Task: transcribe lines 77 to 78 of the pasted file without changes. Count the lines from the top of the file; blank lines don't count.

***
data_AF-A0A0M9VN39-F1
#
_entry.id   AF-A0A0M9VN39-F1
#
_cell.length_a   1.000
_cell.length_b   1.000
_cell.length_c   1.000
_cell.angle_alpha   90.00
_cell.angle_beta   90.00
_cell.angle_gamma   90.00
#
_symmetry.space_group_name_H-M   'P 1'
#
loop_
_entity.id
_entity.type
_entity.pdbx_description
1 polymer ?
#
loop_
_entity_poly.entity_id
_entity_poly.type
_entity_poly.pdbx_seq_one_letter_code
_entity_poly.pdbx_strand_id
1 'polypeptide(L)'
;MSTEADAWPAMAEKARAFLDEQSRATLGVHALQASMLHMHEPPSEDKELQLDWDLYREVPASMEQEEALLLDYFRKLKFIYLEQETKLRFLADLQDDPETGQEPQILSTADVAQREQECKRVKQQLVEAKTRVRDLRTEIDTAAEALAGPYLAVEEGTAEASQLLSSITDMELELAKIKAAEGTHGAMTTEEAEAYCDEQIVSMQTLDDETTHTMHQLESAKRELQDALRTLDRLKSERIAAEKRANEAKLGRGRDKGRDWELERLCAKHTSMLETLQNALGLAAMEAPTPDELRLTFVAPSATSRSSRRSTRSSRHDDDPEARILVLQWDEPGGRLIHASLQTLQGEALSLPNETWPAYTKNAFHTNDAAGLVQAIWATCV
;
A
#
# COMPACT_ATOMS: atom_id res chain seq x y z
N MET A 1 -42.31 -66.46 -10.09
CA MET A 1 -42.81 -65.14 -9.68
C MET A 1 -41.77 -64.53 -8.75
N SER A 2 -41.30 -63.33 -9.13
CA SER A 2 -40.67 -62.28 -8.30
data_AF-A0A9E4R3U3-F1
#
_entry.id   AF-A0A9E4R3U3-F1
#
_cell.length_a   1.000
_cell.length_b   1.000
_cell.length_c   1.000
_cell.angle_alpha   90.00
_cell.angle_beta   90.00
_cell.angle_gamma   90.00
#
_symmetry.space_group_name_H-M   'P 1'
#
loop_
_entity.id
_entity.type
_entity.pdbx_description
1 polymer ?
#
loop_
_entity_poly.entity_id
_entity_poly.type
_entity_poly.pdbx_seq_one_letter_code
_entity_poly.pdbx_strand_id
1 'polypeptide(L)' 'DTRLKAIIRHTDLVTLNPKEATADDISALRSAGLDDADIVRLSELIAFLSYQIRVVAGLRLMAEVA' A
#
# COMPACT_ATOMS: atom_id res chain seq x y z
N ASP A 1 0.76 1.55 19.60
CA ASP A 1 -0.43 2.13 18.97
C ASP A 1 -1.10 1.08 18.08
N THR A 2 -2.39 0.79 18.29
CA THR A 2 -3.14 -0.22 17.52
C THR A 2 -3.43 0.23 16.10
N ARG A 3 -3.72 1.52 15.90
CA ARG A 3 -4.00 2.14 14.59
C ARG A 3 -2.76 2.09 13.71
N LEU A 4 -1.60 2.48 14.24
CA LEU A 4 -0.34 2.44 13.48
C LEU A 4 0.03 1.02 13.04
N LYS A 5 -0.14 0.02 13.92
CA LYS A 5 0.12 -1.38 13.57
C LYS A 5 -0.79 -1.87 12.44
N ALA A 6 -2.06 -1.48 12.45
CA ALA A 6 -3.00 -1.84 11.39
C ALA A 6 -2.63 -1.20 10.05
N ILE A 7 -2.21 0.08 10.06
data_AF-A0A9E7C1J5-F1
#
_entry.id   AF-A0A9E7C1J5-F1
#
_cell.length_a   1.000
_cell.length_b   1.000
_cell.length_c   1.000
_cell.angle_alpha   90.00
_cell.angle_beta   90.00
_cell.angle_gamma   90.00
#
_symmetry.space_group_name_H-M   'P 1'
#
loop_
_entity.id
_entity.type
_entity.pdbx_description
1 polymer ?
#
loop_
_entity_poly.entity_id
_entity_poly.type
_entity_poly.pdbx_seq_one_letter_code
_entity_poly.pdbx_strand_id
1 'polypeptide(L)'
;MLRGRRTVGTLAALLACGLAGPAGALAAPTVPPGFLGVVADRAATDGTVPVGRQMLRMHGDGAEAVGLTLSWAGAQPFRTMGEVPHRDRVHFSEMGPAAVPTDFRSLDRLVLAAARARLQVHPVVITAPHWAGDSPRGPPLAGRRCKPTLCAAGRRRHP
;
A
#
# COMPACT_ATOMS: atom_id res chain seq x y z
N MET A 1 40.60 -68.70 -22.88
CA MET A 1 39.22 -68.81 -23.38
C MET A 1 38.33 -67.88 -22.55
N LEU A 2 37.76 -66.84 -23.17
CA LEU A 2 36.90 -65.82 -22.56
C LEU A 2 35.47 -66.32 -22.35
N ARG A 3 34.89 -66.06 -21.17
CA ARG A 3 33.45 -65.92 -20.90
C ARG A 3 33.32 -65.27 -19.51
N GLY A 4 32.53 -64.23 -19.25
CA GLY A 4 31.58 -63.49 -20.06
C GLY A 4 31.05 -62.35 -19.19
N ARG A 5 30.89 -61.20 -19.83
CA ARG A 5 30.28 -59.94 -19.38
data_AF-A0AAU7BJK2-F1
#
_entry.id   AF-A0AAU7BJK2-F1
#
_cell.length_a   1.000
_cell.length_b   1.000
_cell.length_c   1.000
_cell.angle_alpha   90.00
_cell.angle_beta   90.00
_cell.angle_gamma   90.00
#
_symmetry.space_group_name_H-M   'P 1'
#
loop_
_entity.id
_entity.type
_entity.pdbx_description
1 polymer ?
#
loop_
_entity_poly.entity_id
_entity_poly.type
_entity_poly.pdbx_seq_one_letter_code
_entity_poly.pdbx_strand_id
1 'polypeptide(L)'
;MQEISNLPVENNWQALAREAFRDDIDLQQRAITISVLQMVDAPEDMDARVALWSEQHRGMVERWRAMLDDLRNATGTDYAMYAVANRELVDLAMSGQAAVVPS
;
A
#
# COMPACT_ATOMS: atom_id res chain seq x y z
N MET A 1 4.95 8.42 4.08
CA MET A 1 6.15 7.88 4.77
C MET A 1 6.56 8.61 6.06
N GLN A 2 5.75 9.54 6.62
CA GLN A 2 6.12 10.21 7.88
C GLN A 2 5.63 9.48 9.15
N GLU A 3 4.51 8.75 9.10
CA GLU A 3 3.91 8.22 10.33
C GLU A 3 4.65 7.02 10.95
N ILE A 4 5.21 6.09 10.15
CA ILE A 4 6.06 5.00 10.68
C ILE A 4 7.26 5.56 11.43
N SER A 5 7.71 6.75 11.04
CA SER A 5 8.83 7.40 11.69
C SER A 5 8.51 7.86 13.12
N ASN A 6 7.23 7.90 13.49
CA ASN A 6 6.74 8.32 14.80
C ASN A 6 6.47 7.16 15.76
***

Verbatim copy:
C LYS A 5 -0.79 -1.87 12.44
N ALA A 6 -2.06 -1.48 12.45